More than two-thirds of Kansans responding to a poll support legalizing medical marijuana, and almost as many support decriminalizing or reducing penalties for possession of marijuana in general.
The results are part of the annual Kansas Speaks survey conducted by the Docking Institute of Public Affairs at Fort Hays State University.
The poll results come at a time when the city of Wichita faces a legal battle with the state over a recently passed ballot measure that reduces penalties for first-time marijuana possession.
The poll shows that 63 percent of respondents would support fines rather than jail time for people arrested with small amounts of marijuana. It also shows that 68 percent would support allowing physicians to prescribe marijuana for medical purposes.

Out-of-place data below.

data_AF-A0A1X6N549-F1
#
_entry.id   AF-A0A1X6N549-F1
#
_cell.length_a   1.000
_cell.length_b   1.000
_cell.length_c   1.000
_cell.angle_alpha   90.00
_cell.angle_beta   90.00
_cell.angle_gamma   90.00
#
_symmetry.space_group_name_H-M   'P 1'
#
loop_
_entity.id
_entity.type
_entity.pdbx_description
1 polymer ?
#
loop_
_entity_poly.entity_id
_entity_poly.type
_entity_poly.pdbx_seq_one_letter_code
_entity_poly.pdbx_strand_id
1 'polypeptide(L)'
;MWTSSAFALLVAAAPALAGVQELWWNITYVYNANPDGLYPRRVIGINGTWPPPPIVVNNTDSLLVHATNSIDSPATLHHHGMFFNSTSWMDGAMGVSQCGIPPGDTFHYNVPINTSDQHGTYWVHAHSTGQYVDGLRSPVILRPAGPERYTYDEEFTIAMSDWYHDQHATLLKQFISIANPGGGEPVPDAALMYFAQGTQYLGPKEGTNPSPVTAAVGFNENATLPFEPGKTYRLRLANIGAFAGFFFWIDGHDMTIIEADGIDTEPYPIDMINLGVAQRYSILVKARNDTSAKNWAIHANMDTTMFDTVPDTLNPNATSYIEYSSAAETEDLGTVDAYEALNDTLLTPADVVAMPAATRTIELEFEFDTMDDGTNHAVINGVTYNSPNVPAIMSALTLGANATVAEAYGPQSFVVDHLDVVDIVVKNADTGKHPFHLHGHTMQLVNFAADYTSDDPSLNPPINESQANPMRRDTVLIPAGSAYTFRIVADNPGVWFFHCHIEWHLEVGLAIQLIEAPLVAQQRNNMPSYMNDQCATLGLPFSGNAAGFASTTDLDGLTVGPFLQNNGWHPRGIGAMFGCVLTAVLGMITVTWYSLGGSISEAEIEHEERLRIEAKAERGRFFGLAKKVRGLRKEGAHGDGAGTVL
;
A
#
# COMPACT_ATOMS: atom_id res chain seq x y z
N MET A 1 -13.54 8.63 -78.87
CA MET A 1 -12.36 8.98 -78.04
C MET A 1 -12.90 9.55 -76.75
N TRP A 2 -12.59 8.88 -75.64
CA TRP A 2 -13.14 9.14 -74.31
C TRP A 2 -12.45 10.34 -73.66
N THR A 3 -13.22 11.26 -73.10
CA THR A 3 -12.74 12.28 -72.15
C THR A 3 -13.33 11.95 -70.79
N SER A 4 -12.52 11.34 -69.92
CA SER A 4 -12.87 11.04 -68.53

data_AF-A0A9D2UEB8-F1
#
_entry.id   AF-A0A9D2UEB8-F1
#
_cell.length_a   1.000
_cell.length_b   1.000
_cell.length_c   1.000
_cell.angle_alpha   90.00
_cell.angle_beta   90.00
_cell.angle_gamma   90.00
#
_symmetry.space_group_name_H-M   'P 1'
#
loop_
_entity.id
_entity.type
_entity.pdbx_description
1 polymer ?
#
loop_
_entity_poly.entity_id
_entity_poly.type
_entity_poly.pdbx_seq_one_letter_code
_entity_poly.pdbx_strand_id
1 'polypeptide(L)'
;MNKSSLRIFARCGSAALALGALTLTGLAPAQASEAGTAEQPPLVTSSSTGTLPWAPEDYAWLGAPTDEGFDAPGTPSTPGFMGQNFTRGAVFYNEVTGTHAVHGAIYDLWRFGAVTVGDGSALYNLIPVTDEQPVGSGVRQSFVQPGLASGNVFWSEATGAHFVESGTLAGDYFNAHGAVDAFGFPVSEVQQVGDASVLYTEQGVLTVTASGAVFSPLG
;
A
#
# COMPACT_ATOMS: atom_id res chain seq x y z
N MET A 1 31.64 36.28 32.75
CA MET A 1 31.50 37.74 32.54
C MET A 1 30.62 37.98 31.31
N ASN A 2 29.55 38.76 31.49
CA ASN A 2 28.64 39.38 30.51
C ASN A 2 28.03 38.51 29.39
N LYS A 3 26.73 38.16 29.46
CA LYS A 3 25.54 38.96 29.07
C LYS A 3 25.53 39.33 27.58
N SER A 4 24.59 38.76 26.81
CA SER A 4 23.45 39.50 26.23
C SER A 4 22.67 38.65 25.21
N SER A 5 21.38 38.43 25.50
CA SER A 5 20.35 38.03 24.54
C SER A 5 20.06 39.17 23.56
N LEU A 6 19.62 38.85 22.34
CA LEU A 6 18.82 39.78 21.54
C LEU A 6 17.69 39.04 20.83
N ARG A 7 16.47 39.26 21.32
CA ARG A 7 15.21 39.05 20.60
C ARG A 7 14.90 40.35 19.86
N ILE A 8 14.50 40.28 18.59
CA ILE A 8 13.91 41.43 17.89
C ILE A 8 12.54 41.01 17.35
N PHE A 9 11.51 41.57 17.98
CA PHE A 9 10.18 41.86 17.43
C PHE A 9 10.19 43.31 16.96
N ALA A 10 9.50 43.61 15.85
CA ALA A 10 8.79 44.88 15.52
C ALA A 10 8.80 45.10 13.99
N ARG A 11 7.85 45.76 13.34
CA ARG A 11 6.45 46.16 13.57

Wichita voters passed an ordinance earlier this month that would reduce the penalty for first-time marijuana possession to a $50 fine. Current state law classifies marijuana possession as a Class A felony punishable by a $2,500 fine or jail time.
Attorney General Derek Schmidt has called the Wichita ordinance unlawful, and the matter is now before the Kansas Supreme Court.
Kansas lawmakers have had hearings on legalizing medical marijuana this session, but proposals to do so have not made it to the House or Senate floor for a vote.
The random sample survey of 519 Kansans was conducted between March 23 and April 1 and has a margin of error of plus or minus 4.4 percentage points.